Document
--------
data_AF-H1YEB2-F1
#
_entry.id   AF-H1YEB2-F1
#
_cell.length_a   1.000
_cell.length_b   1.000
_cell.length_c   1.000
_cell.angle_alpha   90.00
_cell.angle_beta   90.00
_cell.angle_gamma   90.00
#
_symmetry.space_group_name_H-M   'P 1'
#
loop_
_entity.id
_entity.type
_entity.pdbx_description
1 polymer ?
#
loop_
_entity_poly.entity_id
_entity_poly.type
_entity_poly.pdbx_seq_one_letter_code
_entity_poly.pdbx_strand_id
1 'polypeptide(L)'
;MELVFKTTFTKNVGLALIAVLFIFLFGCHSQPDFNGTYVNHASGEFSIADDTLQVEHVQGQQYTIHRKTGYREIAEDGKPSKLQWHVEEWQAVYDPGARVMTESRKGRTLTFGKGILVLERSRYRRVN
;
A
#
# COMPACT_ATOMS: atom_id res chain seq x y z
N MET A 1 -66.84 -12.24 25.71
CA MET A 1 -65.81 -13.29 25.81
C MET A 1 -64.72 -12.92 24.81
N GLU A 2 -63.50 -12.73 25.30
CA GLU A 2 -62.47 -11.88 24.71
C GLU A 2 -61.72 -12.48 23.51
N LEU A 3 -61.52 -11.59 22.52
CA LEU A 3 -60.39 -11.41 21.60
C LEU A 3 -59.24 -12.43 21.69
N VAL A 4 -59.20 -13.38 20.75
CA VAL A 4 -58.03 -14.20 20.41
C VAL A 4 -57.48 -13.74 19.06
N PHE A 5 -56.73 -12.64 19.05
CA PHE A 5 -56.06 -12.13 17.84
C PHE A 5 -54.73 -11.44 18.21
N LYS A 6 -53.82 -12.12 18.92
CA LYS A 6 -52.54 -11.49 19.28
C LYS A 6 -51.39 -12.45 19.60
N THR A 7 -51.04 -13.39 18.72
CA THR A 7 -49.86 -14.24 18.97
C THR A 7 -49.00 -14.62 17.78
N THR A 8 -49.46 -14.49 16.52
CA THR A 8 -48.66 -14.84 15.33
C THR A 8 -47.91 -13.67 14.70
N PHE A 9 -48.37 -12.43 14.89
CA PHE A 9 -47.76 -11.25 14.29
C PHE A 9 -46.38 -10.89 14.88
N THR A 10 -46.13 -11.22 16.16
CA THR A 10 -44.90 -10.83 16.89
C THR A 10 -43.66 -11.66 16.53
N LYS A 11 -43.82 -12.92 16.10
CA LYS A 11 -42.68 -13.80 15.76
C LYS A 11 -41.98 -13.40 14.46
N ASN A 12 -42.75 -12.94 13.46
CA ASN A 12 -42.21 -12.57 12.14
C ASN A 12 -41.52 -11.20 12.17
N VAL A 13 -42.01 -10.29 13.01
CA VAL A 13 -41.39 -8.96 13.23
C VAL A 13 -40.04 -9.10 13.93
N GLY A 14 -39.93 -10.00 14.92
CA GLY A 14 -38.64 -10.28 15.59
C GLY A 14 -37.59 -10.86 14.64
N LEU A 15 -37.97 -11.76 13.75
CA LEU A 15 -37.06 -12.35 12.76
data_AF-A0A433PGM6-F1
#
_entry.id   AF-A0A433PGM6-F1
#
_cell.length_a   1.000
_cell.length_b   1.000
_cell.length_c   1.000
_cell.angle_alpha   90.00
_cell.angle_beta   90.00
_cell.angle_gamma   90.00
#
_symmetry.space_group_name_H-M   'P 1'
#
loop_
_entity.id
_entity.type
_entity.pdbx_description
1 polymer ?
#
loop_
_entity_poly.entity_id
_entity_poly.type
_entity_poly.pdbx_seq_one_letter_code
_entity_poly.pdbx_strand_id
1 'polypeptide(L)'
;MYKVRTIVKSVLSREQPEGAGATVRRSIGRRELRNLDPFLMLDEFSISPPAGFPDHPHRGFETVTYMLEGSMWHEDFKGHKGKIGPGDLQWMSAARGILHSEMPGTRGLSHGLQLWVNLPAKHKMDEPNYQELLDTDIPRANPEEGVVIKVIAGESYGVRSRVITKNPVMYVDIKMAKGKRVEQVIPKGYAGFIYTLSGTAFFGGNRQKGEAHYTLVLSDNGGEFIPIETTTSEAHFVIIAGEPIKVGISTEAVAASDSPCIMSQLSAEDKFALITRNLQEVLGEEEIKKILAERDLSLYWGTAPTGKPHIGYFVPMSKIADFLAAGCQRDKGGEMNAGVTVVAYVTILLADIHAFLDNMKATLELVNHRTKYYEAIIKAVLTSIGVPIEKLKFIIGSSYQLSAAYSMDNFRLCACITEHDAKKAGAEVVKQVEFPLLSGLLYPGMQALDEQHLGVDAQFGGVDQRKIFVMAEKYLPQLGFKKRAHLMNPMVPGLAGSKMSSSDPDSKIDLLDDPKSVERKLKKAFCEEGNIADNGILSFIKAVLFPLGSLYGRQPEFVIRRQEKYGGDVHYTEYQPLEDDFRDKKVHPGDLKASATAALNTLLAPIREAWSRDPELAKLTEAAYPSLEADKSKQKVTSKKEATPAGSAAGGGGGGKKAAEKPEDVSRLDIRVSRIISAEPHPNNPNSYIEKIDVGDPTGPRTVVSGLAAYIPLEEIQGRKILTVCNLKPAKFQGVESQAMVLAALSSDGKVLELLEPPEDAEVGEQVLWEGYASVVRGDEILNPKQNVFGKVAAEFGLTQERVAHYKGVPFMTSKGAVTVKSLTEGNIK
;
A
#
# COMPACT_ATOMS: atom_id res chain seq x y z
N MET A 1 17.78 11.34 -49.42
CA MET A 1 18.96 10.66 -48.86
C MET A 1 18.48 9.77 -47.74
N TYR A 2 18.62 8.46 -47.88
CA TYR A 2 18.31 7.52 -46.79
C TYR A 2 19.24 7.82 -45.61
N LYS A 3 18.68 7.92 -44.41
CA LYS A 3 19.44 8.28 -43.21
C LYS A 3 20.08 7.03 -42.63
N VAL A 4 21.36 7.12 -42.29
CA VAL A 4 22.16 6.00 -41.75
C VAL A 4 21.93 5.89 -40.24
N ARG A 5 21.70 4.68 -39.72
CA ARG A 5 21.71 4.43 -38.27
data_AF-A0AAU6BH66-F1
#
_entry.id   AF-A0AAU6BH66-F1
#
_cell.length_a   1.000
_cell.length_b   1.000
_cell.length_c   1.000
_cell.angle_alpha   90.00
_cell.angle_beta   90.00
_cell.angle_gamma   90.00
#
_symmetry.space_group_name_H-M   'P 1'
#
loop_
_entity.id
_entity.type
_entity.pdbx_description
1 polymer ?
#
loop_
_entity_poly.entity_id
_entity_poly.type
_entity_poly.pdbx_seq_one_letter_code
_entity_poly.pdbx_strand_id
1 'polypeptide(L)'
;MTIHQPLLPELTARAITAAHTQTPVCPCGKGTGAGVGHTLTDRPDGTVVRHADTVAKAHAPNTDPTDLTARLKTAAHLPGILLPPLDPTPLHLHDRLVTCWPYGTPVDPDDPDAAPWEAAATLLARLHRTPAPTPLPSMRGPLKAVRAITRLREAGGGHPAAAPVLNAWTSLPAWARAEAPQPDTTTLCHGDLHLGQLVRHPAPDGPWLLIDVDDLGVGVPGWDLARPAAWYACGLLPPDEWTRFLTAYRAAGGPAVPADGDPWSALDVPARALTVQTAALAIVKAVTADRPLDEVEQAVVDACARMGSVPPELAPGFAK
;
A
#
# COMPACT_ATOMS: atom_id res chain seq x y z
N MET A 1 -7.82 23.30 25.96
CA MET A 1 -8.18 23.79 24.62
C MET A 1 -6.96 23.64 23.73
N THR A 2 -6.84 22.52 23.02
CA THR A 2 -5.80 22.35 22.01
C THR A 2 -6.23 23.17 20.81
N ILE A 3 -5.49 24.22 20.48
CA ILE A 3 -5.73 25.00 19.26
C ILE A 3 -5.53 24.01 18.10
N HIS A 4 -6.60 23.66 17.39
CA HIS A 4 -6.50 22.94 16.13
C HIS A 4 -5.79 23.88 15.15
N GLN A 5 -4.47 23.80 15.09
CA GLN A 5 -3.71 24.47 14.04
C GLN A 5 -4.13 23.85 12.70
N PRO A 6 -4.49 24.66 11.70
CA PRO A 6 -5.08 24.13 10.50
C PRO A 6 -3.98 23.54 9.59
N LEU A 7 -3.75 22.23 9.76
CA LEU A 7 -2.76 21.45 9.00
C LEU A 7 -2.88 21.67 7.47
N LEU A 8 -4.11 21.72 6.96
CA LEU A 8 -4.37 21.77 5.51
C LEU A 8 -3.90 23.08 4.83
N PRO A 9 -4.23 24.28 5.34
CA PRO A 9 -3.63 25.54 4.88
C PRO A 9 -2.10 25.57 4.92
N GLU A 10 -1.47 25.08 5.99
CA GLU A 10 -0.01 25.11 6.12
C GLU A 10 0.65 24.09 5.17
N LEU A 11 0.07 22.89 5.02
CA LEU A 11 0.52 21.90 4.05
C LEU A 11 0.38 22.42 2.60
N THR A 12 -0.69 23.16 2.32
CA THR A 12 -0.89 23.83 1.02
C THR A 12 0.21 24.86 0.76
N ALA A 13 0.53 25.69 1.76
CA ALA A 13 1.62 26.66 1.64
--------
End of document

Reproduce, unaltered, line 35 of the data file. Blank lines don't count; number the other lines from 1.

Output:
CA GLU A 2 -62.47 -11.88 24.71